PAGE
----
Intuitition vs. Compulsion


The force of needing to do something rather than wanting to do something.

I struggle with compulsion. I

It’s not just an eating disorder- although that would be an easy diagnosis to wrap up in a pretty little box.

It’s a mentality- a constant belief that I can fill certain voids with inappropriate measures-it’s beyond desire, it morphs into necessity.
It’s a choke-hold restraint of control over the things I will never, ever be able to control.

I don’t want to live this way
I don’t want to have to live needing anything tangible
I want to live for experience and spontaneity. I want my intuition to guide me- I trust that, but I ignore its pleading voice. Intuition, for me, is synonymous with higher power. It is the good energy of the universe, the karma of the spiritual world, leading me in the right direction. And so often, I ignore that very clear insight. So often, I run in the opposite direction. It scares me to let go. To trust that things will, as they tend to do, fall into place. They will. I know they will.
And yet, I flirt with control.
My compulsion emerges in subtle ways-
From the coffee I think I “need” to drink to the work I think I “need” to do to the exercise I think I “need” to achieve to the “lists” I think I need to cross off to the gum I think I “need” to chew to the food I think I “need” to eat to the people I think I “need” to please to the therapy I think I “need” to perform to the expectations I think I “need” to meet.
My compulsion drives me to calculate, to predict, to meticulously plan. Basically, it drives me to a life that rides me.
What I am realizing is this: compulsion cannot healthily coexist with intuition. They contradict each other. Intuition makes me an active participant in life; compulsion makes me a passive rider. Compulsion throws me around and makes me a victim. Compulsion strips me of free will by convincing me I need to do what I can to take control…of something that doesn’t really need to be controlled, of something larger than me, of something that is a distorted need or want in my life.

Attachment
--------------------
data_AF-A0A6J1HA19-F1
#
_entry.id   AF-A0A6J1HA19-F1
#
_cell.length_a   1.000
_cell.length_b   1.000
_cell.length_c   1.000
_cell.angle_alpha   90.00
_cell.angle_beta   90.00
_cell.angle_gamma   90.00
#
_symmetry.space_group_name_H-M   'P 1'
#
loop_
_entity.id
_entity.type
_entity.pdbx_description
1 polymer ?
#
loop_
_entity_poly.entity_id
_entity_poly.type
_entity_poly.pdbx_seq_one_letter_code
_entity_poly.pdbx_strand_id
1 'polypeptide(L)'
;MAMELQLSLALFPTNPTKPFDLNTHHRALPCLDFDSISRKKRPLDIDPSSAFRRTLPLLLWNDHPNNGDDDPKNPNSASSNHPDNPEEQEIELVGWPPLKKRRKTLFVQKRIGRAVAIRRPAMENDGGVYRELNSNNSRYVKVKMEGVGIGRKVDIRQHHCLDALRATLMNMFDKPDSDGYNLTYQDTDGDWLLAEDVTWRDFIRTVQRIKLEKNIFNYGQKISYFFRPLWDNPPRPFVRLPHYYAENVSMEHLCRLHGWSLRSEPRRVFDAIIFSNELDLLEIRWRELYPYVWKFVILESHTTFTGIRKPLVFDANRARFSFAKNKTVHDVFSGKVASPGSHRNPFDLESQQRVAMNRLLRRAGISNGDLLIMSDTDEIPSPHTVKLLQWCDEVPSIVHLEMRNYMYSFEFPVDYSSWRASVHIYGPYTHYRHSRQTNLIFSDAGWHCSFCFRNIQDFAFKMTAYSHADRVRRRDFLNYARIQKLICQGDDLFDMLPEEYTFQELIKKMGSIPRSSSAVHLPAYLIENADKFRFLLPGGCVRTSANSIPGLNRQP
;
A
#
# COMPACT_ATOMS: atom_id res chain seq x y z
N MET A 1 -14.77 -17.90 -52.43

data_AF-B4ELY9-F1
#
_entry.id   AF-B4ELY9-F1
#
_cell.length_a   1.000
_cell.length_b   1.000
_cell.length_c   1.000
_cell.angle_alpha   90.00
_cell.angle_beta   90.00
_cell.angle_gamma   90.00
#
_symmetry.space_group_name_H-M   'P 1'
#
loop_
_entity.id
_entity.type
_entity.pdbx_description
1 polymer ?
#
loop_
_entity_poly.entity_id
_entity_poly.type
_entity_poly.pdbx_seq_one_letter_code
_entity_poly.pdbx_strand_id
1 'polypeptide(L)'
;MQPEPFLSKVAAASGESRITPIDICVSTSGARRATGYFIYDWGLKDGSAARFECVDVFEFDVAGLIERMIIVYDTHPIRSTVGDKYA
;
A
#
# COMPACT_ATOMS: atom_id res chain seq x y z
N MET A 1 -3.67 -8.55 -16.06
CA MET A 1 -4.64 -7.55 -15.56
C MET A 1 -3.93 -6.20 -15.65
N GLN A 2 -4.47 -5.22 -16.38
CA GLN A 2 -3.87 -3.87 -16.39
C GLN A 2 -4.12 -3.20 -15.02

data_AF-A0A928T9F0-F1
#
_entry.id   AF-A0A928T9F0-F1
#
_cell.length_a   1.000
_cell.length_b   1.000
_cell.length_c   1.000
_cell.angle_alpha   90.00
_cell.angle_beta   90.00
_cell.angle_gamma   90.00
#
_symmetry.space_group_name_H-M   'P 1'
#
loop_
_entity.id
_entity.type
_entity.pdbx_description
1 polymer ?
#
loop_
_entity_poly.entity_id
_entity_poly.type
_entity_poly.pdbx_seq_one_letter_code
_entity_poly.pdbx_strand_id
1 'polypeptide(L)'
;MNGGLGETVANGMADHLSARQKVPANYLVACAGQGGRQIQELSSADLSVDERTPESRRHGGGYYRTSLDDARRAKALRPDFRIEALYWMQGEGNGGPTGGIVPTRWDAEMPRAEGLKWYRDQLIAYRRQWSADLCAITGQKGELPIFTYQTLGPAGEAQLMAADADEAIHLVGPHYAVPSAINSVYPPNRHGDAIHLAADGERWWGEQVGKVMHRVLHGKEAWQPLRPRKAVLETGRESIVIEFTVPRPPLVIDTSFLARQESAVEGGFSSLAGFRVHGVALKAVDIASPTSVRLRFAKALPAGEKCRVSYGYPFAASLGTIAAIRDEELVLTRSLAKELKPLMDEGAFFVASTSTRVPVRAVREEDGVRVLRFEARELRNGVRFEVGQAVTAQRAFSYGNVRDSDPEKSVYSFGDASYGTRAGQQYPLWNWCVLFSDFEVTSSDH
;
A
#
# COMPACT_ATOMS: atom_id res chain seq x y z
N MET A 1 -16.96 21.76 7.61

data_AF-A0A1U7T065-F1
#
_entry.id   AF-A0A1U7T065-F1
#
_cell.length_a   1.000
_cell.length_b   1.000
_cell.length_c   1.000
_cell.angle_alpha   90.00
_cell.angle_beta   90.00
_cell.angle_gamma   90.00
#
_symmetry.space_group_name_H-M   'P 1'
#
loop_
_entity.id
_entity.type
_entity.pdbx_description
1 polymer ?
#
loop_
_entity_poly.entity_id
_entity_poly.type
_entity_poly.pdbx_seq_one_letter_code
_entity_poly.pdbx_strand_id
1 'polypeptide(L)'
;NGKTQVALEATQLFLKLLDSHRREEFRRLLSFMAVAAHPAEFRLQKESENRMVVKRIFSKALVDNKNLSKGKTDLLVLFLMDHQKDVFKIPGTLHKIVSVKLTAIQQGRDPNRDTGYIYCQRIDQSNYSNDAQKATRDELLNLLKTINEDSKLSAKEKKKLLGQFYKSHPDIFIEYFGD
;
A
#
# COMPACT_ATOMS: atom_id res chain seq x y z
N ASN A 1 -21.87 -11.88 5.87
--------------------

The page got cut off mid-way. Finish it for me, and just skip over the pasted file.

I take solace that I am not alone.
I am among many others struggling the same fights
A fight against oneself, we discover, is more complex than fighting against anyone else.
 When there is only a party of one, who wins and who loses?
Death keeps happening in my life. Another relative. Another funeral. It hurts. God, it hurts. Why me? Why now? So many questions.  I cannot control these acts of nature as much as I want to believe I can. I can only feel. And I hate to feel. Because who wants to be in pain? But I’m letting myself do that. Compulsions cannot “cure” me, or protect me from experiencing the inevitable spectrum of emotions that come with BEING ALIVE AND HUMAN. I am used to believing that I need to punish myself for the “bad things” that happen to me. As if they are somehow my fault. As if I need to add a layer of suffering on top of suffering. As if my pain weren’t real.
We were talking about vices the other day. I still hang onto some of mine, but I guess I didn’t like to examine those. I consider them “less evil” than the ones I used to hold onto. I mean, they aren’t drugs. I’m not killing people for recreation. I’m not cutting or self-meditating myself with alcohol. I’m not engaging in the same destructive eating behaviors I used to.
But, still. Why? What’s keeping me attached to these compulsive needs. What drives me to the coffee cup, to the constant checking of online media, to the list-making and obsessive planning, and so on?
I read this affirmation this morning: Today I dare look within to see what is keeping me stuck. I know I cannot change unless I know what there is to change. I feel energized and empowered to move forward.
Fear keeps me stuck. Shame keeps me stuck. Anxiety keeps me stuck. But stuck is not feeling; stuck is a place. And I can get out of there. I know how. I know what I want to change. Intuition- not compulsion- is the answer. I am a beautiful and capable person- innately, I can trust that my heart and soul will lead me in the right directions. There are no rules. I can let go of rigidity. If it’s not making me happy – if it’s not filling the right the void– if it’s not something I genuinely WANT–I can let it go. I can let it go any damn time I want.

I never thought I’d…



I saw this project this afternoon, and, after feeling royally un-feminine, un-artsy, and un-creative (thanks gorgeous, perfect Pinterest world), it really struck a chord. I want to make a huge poster for myself with all the things I never thought I’d be able to do, experience, or feel. We so often focus on the opportunities we missed or the things we lack. Yet, very rarely do we step back to admire ourselves or reflect on the accomplishments we have made. 

This is sad!

Today, we were discussing depression in one of my supervision sessions, and my supervisor said, Depression happens when expectations mismatch reality. This resonates so much with me. Depression manifests itself in a world of “what-could-have-been” and “what-should-be.” Very rarely does the individual feel content with him or herself because a dark cloud of mistakes, flaws, and vulnerabilities looms over the overall forecast.